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The Honolulu Advertiser
Posted on: Wednesday, March 16, 2005

Artifact negotiations urged

By Vicki Viotti
Advertiser Staff Writer

A federal panel ended three days of emotional testimony from the Hawaiian community by once again criticizing how 83 cultural objects were handled five years ago, valued artifacts that had been part of the Bishop Museum collection and then were reburied in what's been dubbed "Forbes Cave."

That panel, the review committee established to weigh disputes arising from a federal grave protection law, stopped short of asking that the objects be recalled: It only urged the museum to seek a solution with all 13 groups that have pressed a claim to the objects.

It's unclear whether the recommendation of the advisory committee, which met this week at the East-West Center, will have any immediate effect other than spurring meetings among various groups to settle the dispute. The hope, said some of the claimants yesterday, is to avoid having a court decide who finally owns the objects.

But museum director William Brown said he is "pleased" with the panel's statement.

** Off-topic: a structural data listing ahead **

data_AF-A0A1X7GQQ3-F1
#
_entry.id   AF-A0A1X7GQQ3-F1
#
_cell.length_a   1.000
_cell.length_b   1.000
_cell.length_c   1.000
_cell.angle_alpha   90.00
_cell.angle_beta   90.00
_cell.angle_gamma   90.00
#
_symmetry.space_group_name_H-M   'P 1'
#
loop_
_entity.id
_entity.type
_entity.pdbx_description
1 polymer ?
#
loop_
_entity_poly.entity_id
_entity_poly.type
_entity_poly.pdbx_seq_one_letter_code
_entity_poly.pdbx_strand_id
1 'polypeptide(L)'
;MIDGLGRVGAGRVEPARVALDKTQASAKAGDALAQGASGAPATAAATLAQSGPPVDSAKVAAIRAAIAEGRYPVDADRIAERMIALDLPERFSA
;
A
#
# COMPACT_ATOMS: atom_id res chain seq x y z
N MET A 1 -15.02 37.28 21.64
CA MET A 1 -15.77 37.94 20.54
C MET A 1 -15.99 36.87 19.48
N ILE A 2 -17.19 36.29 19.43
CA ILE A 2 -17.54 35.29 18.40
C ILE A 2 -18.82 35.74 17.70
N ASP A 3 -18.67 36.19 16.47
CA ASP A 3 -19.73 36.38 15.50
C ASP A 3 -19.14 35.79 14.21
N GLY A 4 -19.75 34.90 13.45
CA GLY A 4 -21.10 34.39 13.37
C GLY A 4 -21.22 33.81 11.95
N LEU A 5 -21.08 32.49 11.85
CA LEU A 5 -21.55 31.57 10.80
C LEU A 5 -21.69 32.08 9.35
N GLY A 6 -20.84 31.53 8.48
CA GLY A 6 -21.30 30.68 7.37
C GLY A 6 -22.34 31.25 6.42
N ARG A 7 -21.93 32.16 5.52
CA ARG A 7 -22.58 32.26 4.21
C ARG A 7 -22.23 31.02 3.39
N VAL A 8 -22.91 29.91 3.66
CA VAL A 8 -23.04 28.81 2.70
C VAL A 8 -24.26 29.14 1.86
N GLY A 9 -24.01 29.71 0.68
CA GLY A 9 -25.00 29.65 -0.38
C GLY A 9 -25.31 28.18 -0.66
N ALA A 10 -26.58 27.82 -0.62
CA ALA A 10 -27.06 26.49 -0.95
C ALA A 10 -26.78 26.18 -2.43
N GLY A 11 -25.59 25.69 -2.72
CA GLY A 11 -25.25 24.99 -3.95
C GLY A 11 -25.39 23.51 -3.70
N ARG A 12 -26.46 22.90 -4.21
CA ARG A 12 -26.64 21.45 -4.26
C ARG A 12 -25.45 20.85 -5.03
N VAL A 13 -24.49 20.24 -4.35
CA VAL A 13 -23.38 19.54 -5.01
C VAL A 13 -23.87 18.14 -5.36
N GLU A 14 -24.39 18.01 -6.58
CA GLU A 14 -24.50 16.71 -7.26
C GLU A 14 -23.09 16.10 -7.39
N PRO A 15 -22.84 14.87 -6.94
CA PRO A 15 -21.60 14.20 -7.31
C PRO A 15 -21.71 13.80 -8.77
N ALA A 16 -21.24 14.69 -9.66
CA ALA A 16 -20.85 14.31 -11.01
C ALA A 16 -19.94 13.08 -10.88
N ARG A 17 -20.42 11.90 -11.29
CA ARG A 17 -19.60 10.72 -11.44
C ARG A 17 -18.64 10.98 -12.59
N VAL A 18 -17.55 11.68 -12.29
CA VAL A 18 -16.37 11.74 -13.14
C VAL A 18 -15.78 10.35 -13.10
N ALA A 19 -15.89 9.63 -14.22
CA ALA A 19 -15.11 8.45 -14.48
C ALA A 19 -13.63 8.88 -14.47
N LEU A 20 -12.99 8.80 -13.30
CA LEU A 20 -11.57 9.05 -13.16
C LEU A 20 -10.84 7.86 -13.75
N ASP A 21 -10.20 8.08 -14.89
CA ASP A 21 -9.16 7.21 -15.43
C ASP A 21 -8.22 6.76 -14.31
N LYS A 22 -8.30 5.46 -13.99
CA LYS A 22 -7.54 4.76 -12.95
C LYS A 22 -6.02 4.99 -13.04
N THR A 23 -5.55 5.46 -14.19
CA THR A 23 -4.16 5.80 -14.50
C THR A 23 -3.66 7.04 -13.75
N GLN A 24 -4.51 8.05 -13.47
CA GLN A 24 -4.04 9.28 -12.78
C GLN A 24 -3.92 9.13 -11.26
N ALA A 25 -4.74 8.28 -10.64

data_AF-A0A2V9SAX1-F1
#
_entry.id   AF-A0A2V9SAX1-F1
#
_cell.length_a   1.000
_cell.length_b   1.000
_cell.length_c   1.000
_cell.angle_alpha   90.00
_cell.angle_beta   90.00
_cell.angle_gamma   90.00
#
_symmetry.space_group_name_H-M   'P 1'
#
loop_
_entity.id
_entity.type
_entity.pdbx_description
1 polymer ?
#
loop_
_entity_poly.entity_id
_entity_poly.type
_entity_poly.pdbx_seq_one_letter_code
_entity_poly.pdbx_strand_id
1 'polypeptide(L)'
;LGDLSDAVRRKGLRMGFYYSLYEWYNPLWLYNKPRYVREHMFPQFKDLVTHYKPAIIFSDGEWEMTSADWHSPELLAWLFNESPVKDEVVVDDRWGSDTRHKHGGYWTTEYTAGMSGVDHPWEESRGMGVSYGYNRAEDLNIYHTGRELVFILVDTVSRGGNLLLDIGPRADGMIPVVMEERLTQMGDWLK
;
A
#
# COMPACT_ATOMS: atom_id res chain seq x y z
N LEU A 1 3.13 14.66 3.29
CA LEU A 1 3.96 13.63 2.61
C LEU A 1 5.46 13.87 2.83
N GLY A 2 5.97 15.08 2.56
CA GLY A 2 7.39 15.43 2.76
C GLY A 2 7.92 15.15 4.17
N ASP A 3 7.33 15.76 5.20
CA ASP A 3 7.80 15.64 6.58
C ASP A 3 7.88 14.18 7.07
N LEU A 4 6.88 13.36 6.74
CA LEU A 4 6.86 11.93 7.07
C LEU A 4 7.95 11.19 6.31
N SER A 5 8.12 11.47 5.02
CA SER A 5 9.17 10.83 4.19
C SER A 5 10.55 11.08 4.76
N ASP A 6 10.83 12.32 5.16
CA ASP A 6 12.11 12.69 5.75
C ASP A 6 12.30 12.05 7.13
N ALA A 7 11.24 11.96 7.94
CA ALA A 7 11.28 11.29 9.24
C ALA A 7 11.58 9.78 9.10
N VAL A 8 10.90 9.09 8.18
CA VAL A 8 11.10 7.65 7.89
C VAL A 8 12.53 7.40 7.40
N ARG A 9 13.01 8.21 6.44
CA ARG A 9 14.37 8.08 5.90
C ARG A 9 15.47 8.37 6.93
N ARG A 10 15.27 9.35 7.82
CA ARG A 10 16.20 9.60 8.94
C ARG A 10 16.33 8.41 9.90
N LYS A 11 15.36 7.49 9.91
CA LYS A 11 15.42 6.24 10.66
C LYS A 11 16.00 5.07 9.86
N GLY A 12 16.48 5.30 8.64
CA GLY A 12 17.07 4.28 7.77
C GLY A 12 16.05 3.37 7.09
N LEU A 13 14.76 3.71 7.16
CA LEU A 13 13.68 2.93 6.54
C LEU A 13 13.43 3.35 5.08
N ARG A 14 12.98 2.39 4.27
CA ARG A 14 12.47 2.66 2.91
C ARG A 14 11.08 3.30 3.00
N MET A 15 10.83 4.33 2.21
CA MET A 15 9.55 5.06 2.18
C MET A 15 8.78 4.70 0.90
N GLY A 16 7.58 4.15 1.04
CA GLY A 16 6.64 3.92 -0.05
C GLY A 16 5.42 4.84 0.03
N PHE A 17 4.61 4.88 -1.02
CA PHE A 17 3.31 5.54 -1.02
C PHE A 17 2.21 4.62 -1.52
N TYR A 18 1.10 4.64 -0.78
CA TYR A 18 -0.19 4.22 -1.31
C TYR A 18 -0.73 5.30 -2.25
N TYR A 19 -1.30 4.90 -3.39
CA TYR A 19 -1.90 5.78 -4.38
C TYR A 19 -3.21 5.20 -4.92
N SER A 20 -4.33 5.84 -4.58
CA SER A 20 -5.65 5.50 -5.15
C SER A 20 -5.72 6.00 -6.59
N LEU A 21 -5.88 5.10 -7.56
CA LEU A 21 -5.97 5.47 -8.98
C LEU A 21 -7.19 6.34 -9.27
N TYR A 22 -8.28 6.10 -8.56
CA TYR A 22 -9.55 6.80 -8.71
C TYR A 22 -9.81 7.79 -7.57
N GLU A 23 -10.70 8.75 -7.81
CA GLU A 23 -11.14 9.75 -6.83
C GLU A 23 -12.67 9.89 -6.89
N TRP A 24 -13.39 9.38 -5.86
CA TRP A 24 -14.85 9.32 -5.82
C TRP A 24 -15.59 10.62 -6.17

La'akea Suganuma, representing claimants who protested the reburial of the objects, said he was surprised that the committee, formed under the Native American Grave Protection and Repatriation Act, upheld a May 2003 finding that the Kawaihae repatriation was "seriously flawed." Suganuma said he had expected the five members to rescind the finding.

For the present, members of the group that buried the Kawaihae objects — Hui Malama I Na Kupuna O Hawai'i Nei — weren't happy with yesterday's advisory. The reburial, they said, corrected a century-old wrong committed when the Forbes expedition removed the objects and the museum accepted the collection later.

"The theft occurred when Forbes went into the cave," said Charles Kauluwehi Maxwell, the hui's president. "Now that we put back the 83 items in the cave, we made it pono. We made it good and right again."

In other matters, the review committee has recommended:

• The museum should repatriate three burial objects from Moloka'i.

• The museum should amend its private agreement with a Moloka'i group concerning the care of the Kalaina Wawae sandstone blocks on Moloka'i. The amendment would bar removal without the agreement of its partner, a group representing the island's Mo'omomi area.

• Hawai'i Volcanoes National Park should proceed with considering a 1999 request to repatriate five objects.

Reach Vicki Viotti at vviotti@honoluluadvertiser.com or 525-8053.